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Dob-in window ‘nearly impossible’ for practitioners, joint bodies warn


A submission to the TPB says the 30-day time frame needs to be extended to at least three months amid heavy workloads and client obligations.

By Christine Chen 13 minute read

The time frame to report significant breaches of the code of professional conduct should be tripled in length because the current 30-day period will be “nearly impossible” to fulfil, joint bodies urge.

A submission by eight professional bodies – including CA ANZ, CPA Australia, IPA, the ICB and the Tax Institute – warned the current reporting requirements had essentially created a “daily obligation” to track breaches by themselves or others.

“Practically speaking, reporting will be extremely challenging due to the rolling 30-day period, rendering it nearly impossible for practitioners to keep track of and fulfil their reporting obligations in what will essentially be a daily obligation to consider any possible breaches by themselves or other practitioners within the preceding 29 days,” the submission in response to the TPB’s draft guidance read.


The changes to the Tax Agent Services Act, set to apply to significant breaches that occur on or after 1 July, require practitioners to notify the TPB and professional associations within 30 days of the day on which they have, or ought to have, reasonable grounds to believe they have breached the code, or that another practitioner has breached the code.

Depending on the number of offences arising from a practitioner’s failure to report a breach, penalties can result in criminal prosecution and conviction, including jail time for up to one year. 

The joint bodies said there was a “serious need” for legislative amendments to improve the operation of breach reporting obligations, flagging their intention to lobby the government to extend the 30-day period to a time frame of “at least” three months.

Practitioners did not have the time to gather evidence – including personal experience, publicly available information, client complaints and professional advice – on top of managing existing workloads and professional practice obligations, client commitments and CPE, the submission said.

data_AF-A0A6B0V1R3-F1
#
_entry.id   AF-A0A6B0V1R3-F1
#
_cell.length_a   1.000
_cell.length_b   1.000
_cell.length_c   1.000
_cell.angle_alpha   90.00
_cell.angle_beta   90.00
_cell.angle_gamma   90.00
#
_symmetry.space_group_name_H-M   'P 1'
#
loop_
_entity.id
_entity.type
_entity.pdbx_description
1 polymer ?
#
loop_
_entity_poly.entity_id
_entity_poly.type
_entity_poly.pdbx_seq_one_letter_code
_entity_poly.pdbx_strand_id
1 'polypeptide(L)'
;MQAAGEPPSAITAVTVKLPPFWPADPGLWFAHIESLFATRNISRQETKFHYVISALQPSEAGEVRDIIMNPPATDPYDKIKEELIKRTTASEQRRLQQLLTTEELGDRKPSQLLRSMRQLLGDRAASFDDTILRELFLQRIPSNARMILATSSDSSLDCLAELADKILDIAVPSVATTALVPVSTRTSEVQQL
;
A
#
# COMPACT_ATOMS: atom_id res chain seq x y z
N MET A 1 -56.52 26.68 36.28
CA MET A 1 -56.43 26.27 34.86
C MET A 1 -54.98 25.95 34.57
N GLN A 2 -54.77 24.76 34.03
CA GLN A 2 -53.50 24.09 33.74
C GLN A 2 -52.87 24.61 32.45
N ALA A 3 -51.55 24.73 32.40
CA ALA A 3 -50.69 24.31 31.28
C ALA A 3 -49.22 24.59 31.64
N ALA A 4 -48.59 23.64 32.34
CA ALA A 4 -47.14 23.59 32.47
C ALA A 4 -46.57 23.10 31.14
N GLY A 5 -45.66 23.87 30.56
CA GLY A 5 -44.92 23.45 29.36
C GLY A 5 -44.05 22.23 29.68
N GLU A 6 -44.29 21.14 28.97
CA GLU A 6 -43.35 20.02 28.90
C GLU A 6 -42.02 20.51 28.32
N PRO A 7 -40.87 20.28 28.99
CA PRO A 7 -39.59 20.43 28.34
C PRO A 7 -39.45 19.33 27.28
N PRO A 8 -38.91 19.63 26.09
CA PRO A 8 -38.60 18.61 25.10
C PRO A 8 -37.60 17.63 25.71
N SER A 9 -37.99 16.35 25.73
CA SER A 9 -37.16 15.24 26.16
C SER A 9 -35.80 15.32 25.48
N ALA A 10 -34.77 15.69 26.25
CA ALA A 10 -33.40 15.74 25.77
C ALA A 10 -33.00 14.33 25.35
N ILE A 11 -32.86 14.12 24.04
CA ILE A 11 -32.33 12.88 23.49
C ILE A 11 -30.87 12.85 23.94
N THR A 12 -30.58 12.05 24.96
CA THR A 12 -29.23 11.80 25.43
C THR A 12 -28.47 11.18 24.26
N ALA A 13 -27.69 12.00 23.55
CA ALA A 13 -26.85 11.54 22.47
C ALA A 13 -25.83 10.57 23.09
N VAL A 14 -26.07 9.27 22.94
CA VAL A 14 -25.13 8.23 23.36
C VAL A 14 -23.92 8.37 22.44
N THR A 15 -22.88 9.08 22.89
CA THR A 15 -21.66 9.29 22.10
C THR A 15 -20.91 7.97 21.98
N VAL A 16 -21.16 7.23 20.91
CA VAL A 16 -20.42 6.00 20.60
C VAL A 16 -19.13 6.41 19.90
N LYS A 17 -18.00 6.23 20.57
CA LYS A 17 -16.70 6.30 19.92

“To address this, it would be in our view more reasonable if the timeframe were extended to at least three months,” it said.

“This will give practitioners a more realistic period of time to collect sufficient evidence, ensuring that reportable breaches are appropriately substantiated. This approach would likely minimise unnecessary reporting of breaches that are not significant.”

While the TPB has no jurisdiction to change the law, the joint bodies called on it to issue more guidance on determining the 30-day start date, which was currently “subjective and difficult to accurately measure”.

“We suggest the TPB should provide practical guidance on when the practitioner is taken to have formed those reasonable grounds and therefore when the 30-day period commences,” it said.

Practitioners also needed more guidance on determining what constituted significant breaches of the code beyond being advised to “seek legal advice”.

Consulting with lawyers would likely take more than 30 days to complete and result in additional costs, hurting smaller tax practices in particular.

“This is not a simple process that can be easily undertaken by a practitioner, if at all,” the submission said.

“It is not clear how the TPB expects practitioners to develop the understanding of criminal laws that will be necessary within a short period.”

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Christine Chen

Christine Chen


Christine Chen is a graduate journalist at Accountants Daily and Accounting Times, the leading sources of news, insight, and educational content for professionals in the accounting sector.

Previously, Christine has written for City Hub, the South Sydney Herald and Honi Soit. She has also produced online content for LegalVision and completed internships at EY and Deloitte.

Christine has a commerce degree from the University of Western Australia and is studying a Juris Doctor degree at the University of Sydney. 

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